After a day off while enjoying a five-game winning streak, the longest in team history, the Seattle Kraken will be back on the ice for practice Thursday morning in preparation for Friday night’s home game against the Minnesota Wild. It’s game two of a six game Kraken homestand.
“Our team has played hard, pretty well defensively throughout the entire year,” Seattle Kraken head coach Dave Hakstol said after the win Tuesday. “That’s been a trademark of our group, playing hard as a five-man unit, and when you add in the good goaltending, we’ve had that. If you look at the recent road trip that was a big part of our success, playing hard defensively and getting that big save at the right time.”
We brought up the Martin Jones factor earlier in the week, thinking that if he continues to perform as he has, he could legitimately start every game on the homestand since it’s spread out over sixteen days. Obviously it always comes down to performance game to game, but Jones has a goals against average of 1.00 over five of his last six starts.
“He’s a calm goaltender in there,” Hakstol added. “He made a couple of saves where his movement is quiet, a lot of good saves. Pucks when they’re coming from the outside through traffic, he was in good spots, and because of that he was in good spots for some of the in-tight battles.”
Jones and the Kraken shut-out the Wild 4-0 at the Climate Pledge Arena last Thursday. While we await the Kraken’s next puck drop …
Let’s Skate !
Updating the Evander Kane skate blade injury from Tuesday night, the Edmonton Oilers forward will miss three to four months as his left wrist mends itself. Pat Maroon of the Tampa Bay Lightning accidentally skated over Kane’s wrist after he’d fallen to the ice along the right wing boards in the offensive zone during the second period of the Oilers 3-2 win.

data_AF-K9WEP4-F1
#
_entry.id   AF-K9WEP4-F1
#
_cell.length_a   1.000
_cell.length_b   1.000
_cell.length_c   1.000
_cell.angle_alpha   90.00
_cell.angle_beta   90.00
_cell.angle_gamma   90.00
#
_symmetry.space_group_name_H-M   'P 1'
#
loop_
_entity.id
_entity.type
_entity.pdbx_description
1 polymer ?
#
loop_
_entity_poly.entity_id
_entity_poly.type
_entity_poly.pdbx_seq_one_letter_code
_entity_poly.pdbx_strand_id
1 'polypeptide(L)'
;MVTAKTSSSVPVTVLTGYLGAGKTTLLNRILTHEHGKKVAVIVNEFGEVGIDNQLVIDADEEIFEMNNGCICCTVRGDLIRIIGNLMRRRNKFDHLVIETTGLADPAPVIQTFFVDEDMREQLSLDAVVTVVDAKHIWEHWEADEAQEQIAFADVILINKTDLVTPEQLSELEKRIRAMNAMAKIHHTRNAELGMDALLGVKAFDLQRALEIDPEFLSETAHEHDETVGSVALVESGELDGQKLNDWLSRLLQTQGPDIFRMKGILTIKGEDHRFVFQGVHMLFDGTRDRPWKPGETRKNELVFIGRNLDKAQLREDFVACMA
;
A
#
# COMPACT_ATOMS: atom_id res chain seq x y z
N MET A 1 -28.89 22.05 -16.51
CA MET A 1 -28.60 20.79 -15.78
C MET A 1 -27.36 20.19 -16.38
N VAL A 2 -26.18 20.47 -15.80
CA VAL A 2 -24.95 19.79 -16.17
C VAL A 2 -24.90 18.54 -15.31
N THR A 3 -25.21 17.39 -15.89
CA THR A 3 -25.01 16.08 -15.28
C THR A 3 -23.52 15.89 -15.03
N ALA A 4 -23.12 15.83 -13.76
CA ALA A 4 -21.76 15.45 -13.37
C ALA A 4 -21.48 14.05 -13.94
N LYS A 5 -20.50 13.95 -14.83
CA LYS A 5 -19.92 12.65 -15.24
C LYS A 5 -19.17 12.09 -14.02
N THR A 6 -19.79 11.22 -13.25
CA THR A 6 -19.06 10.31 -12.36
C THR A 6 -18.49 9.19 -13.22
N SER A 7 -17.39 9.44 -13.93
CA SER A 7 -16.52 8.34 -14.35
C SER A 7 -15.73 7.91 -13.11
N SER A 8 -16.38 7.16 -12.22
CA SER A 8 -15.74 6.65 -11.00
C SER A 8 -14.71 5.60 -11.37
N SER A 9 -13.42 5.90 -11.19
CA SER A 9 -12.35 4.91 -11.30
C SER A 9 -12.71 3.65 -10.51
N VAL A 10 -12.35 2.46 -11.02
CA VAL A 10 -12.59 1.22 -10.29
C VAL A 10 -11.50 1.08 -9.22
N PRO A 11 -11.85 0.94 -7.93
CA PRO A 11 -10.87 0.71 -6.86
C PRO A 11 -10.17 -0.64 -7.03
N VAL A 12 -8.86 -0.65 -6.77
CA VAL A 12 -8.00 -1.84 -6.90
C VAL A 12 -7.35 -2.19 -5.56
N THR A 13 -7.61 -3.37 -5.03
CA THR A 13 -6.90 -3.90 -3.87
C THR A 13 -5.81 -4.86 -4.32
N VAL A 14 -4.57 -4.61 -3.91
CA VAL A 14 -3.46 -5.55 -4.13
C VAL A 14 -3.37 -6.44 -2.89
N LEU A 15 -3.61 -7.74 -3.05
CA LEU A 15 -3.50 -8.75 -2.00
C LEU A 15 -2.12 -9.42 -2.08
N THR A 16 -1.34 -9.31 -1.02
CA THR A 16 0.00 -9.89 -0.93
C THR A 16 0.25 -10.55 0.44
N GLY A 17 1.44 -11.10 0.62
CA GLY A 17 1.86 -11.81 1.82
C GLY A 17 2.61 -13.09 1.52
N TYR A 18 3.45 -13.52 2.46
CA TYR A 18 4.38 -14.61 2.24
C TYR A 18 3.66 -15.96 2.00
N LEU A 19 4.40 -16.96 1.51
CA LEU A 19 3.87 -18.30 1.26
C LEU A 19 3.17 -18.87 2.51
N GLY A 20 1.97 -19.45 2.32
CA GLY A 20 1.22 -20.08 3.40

Kane released a statement on Wednesday:
“Thank you all for the kind wishes and prayers from over the past several hours,” Kane wrote. “Obviously last night was an extremely scary moment for me and I’m still in a little bit of shock. I would like to thank the entire training staff of the Edmonton Oilers and Tampa Bay Lightning, along with all the doctors and paramedics who rushed to help treat and repair my injury. Without all of you, I know things would’ve been much worse and I’m sincerely grateful. I won’t be back next game, but I will be back and I look forward to being back on the ice playing the game I love alongside my teammates in front of our great fans.”
Eye for an Eye?
That concept is often brought up when you see one player get injured and miss a dozen or two games due to a cheap hit while the perpetrator gets off with a two or three-game suspension. The eye-for-an-eye punitive concept dates back to an Egyptian king in ancient times.
Why not make the guilty party sit out for as long as the injured player is missing?
Because it’s not realistic, every player is different in terms of how, and even if, they would have been injured, and it opens the door to tampering. The injured player’s recovery time would determine the fate of the perpetrators absence, and that would get a little dicey if the club decided to have the player take his time coming back for whatever reason they decided.
We bring the concept up because Juraj Slafkovski of the Montreal Canadiens was given a two-game suspension for his Tuesday night boarding penalty on Matt Luff of the Detroit Red Wings, who will have wrist surgery on Thursday and miss ten to twelve weeks due to injury.
Slafkovski was the first-overall pick in the 2022 NHL Draft.
Enjoy the Kraken Hockey Action !!